North Atlantic Cod|
Scientific Name: Gadus morhua
Black cod, True cod, Gray cod, Pacific cod, Polar cod,|
Alaska cod, Red cod, Ling cod... so many fish want to be cod
because cod is so polular. But the cod that has earned this
great reputation is the North Atlantic Cod, gadus morhua,
also knows as Atlantic Cod. This specie is the benchmark to
which all other white fleshed fish are compared.
North Atlantic Cod
The fillet of the Atlantic cod has all the attributes that make it the fish of choice for the fish 'n' chips trade
both in Europe and the USA. It cooks up white, has large flakes and is both sweet and succulent. The
flavour is mild and adapts well to a variety of cooking methods.
Some things you should know about cod:
Atlantic Cod vs. Pacific Cod
Until the 1980's, cod was simply cod, invariably the North Atlantic Cod, or gadus morhua. But in the 80īs, the fishing of Pacific cod, gadus macrosephalus, started in earnest, and the fillet of this specie was also marketed as "cod". This is when difficulties with cod species arose. While the actual differences between these two species are few, they are important ones. The flesh of both species looks similar in fact, the Pacific cod is somewhat whiter than the Atlantic in the raw form, while both cook up equally white. The flavour of the two species is similar as well. It is the texture of the Pacific cod that lessens its value. Sometimes described as 'stringy', 'tough' and 'watery', it has less of the succulence and tenderness of the Atlantic cod. These attributes mark the Pacific cod as less desirable, and fillets and products of Pacific cod are lower priced than the same products of Atlantic Cod.
The difficulties of both recognizing Atlantic cod from Pacific cod, and understanding the reasons for their different value, has been a recurring issue in the seafood industry. Attracted by the lower price, many buyers choose to minimise these subtle but importance differences, and to use Atlantic and Pacific cod interchangeably. While each cod specie has a legitimate place and value in the market, their differences are obvious enough to the consumer that the issue of consistency is raised every time a substitution is made.
The Freshness Issue
Fresh cod is better than frozen cod, but only when it is truly fresh. Getting fresh cod off the fishing vessel, through processing and packing, through the distribution system and into the mouth of the consumer while still truly fresh, is a very tricky process. On the other hand, frozen cod retains the freshness of the cod at the time it is frozen.
Single frozen cod is frozen once. The once-frozen item is desirable in the trade, but like fresh fish, it often sounds better than it may actually be. Fish can be frozen on board freezing vessels, literally within a few hours of swimming in the ocean - and this is truly fresh fish. But it can also be frozen after spending many days in the hull of a fishing vessel - and be far from fresh at the time of freezing. Unfortunately, the fact that an item is single frozen does not give any true indication of its freshness.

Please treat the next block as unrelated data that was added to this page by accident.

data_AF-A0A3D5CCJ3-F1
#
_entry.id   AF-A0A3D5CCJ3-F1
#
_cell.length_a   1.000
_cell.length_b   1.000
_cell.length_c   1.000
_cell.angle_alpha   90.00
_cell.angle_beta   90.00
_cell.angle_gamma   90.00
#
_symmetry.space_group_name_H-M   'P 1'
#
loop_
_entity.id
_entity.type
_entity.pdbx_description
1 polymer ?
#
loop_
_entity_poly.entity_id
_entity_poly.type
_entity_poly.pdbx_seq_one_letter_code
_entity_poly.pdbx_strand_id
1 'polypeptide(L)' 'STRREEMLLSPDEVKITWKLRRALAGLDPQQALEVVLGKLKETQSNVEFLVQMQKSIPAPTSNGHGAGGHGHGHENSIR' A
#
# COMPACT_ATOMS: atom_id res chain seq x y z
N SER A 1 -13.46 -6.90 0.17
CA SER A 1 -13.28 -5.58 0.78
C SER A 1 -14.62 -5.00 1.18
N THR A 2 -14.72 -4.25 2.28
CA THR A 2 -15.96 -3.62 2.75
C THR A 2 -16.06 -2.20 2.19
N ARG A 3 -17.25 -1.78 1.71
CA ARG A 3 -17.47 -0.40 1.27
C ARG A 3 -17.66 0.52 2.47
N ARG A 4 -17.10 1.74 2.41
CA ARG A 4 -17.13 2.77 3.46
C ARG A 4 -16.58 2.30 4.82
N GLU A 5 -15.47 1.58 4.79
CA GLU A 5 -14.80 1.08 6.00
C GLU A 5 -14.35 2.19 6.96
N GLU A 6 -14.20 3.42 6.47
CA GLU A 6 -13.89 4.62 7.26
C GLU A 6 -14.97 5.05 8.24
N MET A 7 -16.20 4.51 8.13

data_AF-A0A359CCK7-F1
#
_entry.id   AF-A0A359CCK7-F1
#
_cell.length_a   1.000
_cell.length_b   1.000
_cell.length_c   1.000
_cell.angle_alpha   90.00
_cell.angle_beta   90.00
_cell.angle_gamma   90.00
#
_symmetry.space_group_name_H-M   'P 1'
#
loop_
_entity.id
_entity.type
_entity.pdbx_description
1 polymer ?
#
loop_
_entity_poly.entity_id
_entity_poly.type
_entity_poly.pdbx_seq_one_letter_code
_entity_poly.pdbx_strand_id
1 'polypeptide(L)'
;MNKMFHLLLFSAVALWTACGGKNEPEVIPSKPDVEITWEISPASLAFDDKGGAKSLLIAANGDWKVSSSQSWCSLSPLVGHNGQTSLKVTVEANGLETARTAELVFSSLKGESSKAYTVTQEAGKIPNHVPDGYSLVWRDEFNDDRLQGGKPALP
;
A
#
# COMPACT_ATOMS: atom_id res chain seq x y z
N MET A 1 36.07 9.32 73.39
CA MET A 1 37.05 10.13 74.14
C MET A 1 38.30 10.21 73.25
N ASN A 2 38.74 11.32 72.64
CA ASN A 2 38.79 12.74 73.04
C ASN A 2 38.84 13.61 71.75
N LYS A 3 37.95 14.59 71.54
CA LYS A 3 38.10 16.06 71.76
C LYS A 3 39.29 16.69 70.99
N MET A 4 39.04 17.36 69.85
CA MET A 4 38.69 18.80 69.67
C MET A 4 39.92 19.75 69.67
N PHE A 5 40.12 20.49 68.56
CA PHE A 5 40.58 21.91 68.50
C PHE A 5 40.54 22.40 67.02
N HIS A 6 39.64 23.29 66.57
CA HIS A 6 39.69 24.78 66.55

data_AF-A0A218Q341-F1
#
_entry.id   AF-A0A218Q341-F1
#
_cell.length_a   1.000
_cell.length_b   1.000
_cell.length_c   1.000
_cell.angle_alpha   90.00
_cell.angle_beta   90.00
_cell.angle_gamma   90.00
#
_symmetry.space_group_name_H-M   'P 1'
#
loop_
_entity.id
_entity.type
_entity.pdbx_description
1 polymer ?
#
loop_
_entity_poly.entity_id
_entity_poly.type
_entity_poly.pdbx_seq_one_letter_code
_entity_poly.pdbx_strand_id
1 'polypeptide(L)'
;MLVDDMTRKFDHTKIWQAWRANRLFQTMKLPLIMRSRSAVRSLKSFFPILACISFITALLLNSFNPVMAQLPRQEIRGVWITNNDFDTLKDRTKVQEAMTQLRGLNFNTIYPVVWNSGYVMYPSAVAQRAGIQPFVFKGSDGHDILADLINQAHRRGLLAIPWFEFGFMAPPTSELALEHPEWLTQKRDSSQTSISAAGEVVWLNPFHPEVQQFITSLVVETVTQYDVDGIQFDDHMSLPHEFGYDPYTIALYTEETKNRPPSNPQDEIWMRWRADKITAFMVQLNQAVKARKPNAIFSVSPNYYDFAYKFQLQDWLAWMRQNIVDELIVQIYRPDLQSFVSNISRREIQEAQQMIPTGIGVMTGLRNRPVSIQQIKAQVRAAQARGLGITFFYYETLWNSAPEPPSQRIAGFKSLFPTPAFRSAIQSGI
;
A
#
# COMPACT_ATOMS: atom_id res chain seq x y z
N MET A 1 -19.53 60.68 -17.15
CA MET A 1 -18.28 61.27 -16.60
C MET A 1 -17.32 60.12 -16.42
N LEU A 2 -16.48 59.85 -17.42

Twice frozen cod is frozen twice. Within hours of being harvested on freezing vessels, headed and gutted Cod is frozen as whole fish. This raw material is then transported to a processing plant in a 'fresh frozen' state. There it is tempered and thawed under controlled conditions, processed and then frozen a second time all within the same day. The twice frozen product is not only an exceptionally 'fresh' product, it is also a consistently 'fresh' product, as the freshness was locked in at the first freezing within hours of harvest. It is one day old fish - always!
The Colour Issue
In the raw state, the colour of the flesh of Pacific Cod is somewhat whiter than the colour of the Atlantic cod, which is slightly yellowish by nature. Both species cook up equally white. Twice frozen cod tends to be a bit darker in the uncooked state than single frozen cod, because, during the process of defrosting the frozen-at-sea raw material, kidney blood may tinge the flesh. However, twice frozen Cod cooks up just as white as single frozen or fresh Cod, and the flavour and texture are completely unaffected!
The Cooking Issue
Because it is so lean, cod cooks quickly. Cooking cod to perfection is a challenge, but the results are worth it. The trick is to undercook the cod slightly so the centre of the piece is still slightly raw or translucent. By letting the cooked fillet sit for a short time before serving, the heat in the flesh continues to cook the centre to perfection. The tendency to over cook cod can mean the difference between a delicious meal and an ordinary one.
And here's another trick: Defrosting a frozen cod product fully before cooking results in moisture loss, called drip. This can reduce the succulence of the fish and effect its texture. It is best to cook the fish from a tempered state, ie. Just barely defrosted. Thin cuts of cod can be cooked most successfully from a completely frozen state. This way, all the natural moisture remains in the flesh, enhancing the flavour and texture.